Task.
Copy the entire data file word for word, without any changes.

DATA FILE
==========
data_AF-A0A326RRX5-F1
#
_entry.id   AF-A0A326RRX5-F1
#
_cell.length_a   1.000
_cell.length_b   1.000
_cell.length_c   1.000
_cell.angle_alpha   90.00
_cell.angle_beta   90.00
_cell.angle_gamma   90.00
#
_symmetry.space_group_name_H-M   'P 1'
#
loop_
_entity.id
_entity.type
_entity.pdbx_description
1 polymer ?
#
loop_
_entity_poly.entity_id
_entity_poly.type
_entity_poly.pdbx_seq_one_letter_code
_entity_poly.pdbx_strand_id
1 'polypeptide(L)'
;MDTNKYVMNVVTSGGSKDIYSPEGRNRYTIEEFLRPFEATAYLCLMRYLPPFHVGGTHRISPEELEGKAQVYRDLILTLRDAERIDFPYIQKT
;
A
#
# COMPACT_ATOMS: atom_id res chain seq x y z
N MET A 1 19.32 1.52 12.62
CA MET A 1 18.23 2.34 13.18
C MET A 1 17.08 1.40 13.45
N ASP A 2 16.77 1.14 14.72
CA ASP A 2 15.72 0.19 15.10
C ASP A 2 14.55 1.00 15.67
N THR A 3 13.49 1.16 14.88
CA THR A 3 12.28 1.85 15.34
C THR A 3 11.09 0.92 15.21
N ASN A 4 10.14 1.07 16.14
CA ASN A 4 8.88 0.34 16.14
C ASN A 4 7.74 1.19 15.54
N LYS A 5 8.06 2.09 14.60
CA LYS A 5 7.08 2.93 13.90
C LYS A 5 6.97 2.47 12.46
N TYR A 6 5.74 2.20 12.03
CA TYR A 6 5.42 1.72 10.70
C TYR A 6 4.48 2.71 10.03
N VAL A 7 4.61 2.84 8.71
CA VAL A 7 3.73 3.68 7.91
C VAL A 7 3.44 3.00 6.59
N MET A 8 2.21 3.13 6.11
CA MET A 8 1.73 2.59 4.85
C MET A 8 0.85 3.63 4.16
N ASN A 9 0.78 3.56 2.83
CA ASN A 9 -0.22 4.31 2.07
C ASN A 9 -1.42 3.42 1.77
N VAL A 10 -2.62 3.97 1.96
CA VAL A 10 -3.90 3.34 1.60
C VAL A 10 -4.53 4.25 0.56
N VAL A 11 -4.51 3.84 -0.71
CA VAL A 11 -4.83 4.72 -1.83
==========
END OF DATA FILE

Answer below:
data_AF-A0A326RRX5-F1
#
_entry.id   AF-A0A326RRX5-F1
#
_cell.length_a   1.000
_cell.length_b   1.000
_cell.length_c   1.000
_cell.angle_alpha   90.00
_cell.angle_beta   90.00
_cell.angle_gamma   90.00
#
_symmetry.space_group_name_H-M   'P 1'
#
loop_
_entity.id
_entity.type
_entity.pdbx_description
1 polymer ?
#
loop_
_entity_poly.entity_id
_entity_poly.type
_entity_poly.pdbx_seq_one_letter_code
_entity_poly.pdbx_strand_id
1 'polypeptide(L)'
;MDTNKYVMNVVTSGGSKDIYSPEGRNRYTIEEFLRPFEATAYLCLMRYLPPFHVGGTHRISPEELEGKAQVYRDLILTLRDAERIDFPYIQKT
;
A
#
# COMPACT_ATOMS: atom_id res chain seq x y z
N MET A 1 19.32 1.52 12.62
CA MET A 1 18.23 2.34 13.18
C MET A 1 17.08 1.40 13.45
N ASP A 2 16.77 1.14 14.72
CA ASP A 2 15.72 0.19 15.10
C ASP A 2 14.55 1.00 15.67
N THR A 3 13.49 1.16 14.88
CA THR A 3 12.28 1.85 15.34
C THR A 3 11.09 0.92 15.21
N ASN A 4 10.14 1.07 16.14
CA ASN A 4 8.88 0.34 16.14
C ASN A 4 7.74 1.19 15.54
N LYS A 5 8.06 2.09 14.60
CA LYS A 5 7.08 2.93 13.90
C LYS A 5 6.97 2.47 12.46
N TYR A 6 5.74 2.20 12.03
CA TYR A 6 5.42 1.72 10.70
C TYR A 6 4.48 2.71 10.03
N VAL A 7 4.61 2.84 8.71
CA VAL A 7 3.73 3.68 7.91
C VAL A 7 3.44 3.00 6.59
N MET A 8 2.21 3.13 6.11
CA MET A 8 1.73 2.59 4.85
C MET A 8 0.85 3.63 4.16
N ASN A 9 0.78 3.56 2.83
CA ASN A 9 -0.22 4.31 2.07
C ASN A 9 -1.42 3.42 1.77
N VAL A 10 -2.62 3.97 1.96
CA VAL A 10 -3.90 3.34 1.60
C VAL A 10 -4.53 4.25 0.56
N VAL A 11 -4.51 3.84 -0.71
CA VAL A 11 -4.83 4.72 -1.83